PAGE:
Protesters clashed with police across Turkey overnight despite an apology for police violence from the Deputy Prime Minister.
The apology was designed to halt an unprecedented wave of protest against Prime Minister Recep Tayyip Erdogan.
Deputy leader Bulent Arinc met organisers of the original demonstration against plans to build a replica Ottoman-era barracks on Istanbul's Gezi Park in Taksim Square.
Member of the Taksim Solidarity Group demanded the government abandon plans to redevelop the park.
The group also wants the government to sack governors and police chiefs it holds responsible for the violent crackdown against protesters.
It said it had delivered its demands, including the release of arrested protesters and a halt to police use of teargas, to Mr Arinc.
Mr Arinc has refused to talk to unnamed groups he accuses of exploiting the situation to promote violence.
On Taksim itself, now the focus of broader protests against what many see as Mr Erdogan's increasingly authoritarian style of government, thousands remained at a makeshift camp despite rain.
On a street off the square some skirmished with police who used tear gas.
Yesterday, Mr Arinc apologised for "excessive violence" by police against the original demonstration in an effort to defuse the unrest.
His comments contrasted sharply with Mr Erdogan's defiant dismissal of the protesters that, if anything, had appeared to inflame protest over the weekend.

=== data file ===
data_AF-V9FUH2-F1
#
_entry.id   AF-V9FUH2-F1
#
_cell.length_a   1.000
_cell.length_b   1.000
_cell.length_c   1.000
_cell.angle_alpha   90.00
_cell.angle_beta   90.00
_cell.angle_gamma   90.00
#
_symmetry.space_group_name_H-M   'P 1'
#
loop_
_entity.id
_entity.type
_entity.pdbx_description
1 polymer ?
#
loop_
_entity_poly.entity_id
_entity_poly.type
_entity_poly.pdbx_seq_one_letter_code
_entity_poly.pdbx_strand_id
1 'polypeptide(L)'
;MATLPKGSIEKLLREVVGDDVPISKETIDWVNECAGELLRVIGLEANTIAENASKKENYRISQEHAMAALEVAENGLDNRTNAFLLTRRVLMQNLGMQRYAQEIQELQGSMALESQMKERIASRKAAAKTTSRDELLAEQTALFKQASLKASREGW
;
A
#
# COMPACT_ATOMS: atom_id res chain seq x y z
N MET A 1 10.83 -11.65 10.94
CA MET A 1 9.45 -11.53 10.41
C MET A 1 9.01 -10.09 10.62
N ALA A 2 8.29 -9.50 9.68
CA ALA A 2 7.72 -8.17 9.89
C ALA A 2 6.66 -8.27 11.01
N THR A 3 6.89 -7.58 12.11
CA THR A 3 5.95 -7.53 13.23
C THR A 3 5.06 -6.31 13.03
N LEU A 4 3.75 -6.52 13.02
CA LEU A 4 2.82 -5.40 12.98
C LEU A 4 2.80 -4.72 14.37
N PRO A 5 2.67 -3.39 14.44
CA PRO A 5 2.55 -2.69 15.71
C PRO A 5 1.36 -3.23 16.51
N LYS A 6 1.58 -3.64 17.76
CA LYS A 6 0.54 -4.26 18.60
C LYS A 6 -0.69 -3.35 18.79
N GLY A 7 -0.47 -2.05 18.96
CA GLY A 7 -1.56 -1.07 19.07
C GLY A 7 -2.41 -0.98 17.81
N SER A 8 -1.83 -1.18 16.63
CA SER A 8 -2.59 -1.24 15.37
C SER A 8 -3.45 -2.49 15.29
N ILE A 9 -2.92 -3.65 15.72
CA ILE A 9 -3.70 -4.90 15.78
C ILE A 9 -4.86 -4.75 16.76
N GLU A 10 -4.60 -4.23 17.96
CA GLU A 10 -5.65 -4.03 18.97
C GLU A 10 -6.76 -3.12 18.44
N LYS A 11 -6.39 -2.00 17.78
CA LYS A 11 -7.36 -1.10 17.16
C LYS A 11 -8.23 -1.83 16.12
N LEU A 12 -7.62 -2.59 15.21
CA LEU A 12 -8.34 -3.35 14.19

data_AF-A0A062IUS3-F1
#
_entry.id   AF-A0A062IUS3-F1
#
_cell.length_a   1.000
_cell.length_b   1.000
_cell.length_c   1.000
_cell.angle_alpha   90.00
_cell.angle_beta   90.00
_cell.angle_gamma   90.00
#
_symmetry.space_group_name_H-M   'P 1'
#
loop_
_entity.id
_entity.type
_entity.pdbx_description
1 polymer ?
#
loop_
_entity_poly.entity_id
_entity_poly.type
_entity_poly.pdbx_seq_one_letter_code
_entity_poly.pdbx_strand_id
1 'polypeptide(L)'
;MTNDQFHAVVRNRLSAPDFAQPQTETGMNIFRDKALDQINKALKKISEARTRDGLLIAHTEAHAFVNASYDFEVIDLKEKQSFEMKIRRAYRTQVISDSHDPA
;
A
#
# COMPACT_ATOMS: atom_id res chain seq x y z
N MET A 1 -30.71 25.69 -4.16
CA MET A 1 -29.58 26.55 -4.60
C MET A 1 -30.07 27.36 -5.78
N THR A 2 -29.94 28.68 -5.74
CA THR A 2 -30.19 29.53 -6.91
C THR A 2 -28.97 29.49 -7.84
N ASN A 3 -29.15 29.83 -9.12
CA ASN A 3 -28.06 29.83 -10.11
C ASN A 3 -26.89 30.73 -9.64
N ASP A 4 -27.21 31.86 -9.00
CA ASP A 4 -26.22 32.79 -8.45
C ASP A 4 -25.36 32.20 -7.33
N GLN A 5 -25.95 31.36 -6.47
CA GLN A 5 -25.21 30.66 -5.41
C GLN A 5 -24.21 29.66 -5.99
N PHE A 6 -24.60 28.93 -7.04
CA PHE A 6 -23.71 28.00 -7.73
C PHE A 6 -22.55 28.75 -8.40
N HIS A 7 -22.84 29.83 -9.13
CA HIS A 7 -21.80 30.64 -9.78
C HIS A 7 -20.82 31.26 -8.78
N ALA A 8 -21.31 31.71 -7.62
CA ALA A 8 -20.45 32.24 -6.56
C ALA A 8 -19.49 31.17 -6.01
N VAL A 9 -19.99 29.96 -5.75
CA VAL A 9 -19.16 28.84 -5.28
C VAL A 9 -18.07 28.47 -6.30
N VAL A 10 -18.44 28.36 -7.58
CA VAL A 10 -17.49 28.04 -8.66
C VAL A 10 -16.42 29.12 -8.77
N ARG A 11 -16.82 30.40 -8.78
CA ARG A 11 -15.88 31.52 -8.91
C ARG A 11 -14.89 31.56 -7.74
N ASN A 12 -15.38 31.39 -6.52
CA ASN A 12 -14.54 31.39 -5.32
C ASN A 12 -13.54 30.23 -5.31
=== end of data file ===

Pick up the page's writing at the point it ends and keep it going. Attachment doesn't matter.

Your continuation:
Mr Erdogan, who has won three successive general elections and enjoys a large parliamentary majority, left on Monday on a visit to north Africa.
US Vice-President Joe Biden, reflecting concern about stability in a key US Middle Eastern ally, urged the Turkish government to respect the rights of political opponents.
"Today's Turkey has a chance to demonstrate that there's no need to choose between economic advancement and democracy, the system that empowers the winners of elections and yet protects whose who are in opposition," Mr Biden said.
The US has held up Mr Erdogan's Turkey as an example of an Islamic democracy that could be imitated throughout the Middle East.
But domestic opponents argue that, for all the economic advances under him and early democratic reform, events have recently taken a more authoritarian turn.
They also accuse him of pursuing an 'Islamist' agenda by easing restrictions on the wearing of headscarves in state institutions, limiting alcohol sales and promoting broader religious projects.
Mr Erdogan denies any ambition to undermine the country's secular constitution.
Clashes spread overnight to the eastern province of Tunceli, where police fired tear gas and water cannon at hundreds of protesters who set up barricades and threw stones at them, witnesses said.
Police intervened in a similar way against demonstrators in the capital Ankara, as well as Hatay province on the Syrian border, where a 22-year-old man died after being hit in the head at a rally late on Monday.